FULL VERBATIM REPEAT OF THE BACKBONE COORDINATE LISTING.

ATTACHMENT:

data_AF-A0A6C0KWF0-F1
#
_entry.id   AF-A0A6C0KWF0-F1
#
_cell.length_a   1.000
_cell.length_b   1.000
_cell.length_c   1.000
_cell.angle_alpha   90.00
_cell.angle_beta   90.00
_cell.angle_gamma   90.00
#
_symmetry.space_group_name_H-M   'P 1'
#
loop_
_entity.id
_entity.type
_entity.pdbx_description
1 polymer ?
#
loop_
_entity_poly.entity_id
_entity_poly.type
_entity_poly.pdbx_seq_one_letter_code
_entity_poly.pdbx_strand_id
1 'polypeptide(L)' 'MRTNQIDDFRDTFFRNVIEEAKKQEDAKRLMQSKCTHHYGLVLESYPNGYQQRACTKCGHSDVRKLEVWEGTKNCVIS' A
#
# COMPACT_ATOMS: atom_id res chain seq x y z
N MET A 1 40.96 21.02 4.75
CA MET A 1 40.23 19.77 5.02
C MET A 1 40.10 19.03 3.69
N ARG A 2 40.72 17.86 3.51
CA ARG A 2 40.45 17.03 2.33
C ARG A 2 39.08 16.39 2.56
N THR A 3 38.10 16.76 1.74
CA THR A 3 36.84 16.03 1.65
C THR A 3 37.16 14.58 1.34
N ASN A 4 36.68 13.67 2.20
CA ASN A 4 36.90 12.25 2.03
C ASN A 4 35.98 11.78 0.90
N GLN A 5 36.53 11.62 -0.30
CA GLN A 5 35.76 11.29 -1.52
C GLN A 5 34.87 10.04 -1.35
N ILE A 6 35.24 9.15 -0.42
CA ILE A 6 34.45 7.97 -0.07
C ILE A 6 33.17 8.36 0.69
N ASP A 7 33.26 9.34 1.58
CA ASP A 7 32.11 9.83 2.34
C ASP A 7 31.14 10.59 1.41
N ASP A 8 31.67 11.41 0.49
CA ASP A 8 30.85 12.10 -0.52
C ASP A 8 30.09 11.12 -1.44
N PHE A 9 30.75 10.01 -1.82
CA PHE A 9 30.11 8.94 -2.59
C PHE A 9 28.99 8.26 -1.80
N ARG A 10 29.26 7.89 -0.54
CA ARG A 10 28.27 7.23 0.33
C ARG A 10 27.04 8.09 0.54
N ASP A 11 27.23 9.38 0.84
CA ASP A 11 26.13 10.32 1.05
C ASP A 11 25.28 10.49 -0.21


data_AF-A0A6C0KWF0-F1
#
_entry.id   AF-A0A6C0KWF0-F1
#
_cell.length_a   1.000
_cell.length_b   1.000
_cell.length_c   1.000
_cell.angle_alpha   90.00
_cell.angle_beta   90.00
_cell.angle_gamma   90.00
#
_symmetry.space_group_name_H-M   'P 1'
#
loop_
_entity.id
_entity.type
_entity.pdbx_description
1 polymer ?
#
loop_
_entity_poly.entity_id
_entity_poly.type
_entity_poly.pdbx_seq_one_letter_code
_entity_poly.pdbx_strand_id
1 'polypeptide(L)' 'MRTNQIDDFRDTFFRNVIEEAKKQEDAKRLMQSKCTHHYGLVLESYPNGYQQRACTKCGHSDVRKLEVWEGTKNCVIS' A
#
# COMPACT_ATOMS: atom_id res chain seq x y z
N MET A 1 40.96 21.02 4.75
CA MET A 1 40.23 19.77 5.02
C MET A 1 40.10 19.03 3.69
N ARG A 2 40.72 17.86 3.51
CA ARG A 2 40.45 17.03 2.33
C ARG A 2 39.08 16.39 2.56
N THR A 3 38.10 16.76 1.74
CA THR A 3 36.84 16.03 1.65
C THR A 3 37.16 14.58 1.34
N ASN A 4 36.68 13.67 2.20
CA ASN A 4 36.90 12.25 2.03
C ASN A 4 35.98 11.78 0.90
N GLN A 5 36.53 11.62 -0.30
CA GLN A 5 35.76 11.29 -1.52
C GLN A 5 34.87 10.04 -1.35
N ILE A 6 35.24 9.15 -0.42
CA ILE A 6 34.45 7.97 -0.07
C ILE A 6 33.17 8.36 0.69
N ASP A 7 33.26 9.34 1.58
CA ASP A 7 32.11 9.83 2.34
C ASP A 7 31.14 10.59 1.41
N ASP A 8 31.67 11.41 0.49
CA ASP A 8 30.85 12.10 -0.52
C ASP A 8 30.09 11.12 -1.44
N PHE A 9 30.75 10.01 -1.82
CA PHE A 9 30.11 8.94 -2.59
C PHE A 9 28.99 8.26 -1.80
N ARG A 10 29.26 7.89 -0.54
CA ARG A 10 28.27 7.23 0.33
C ARG A 10 27.04 8.09 0.54
N ASP A 11 27.23 9.38 0.84
CA ASP A 11 26.13 10.32 1.05
C ASP A 11 25.28 10.49 -0.21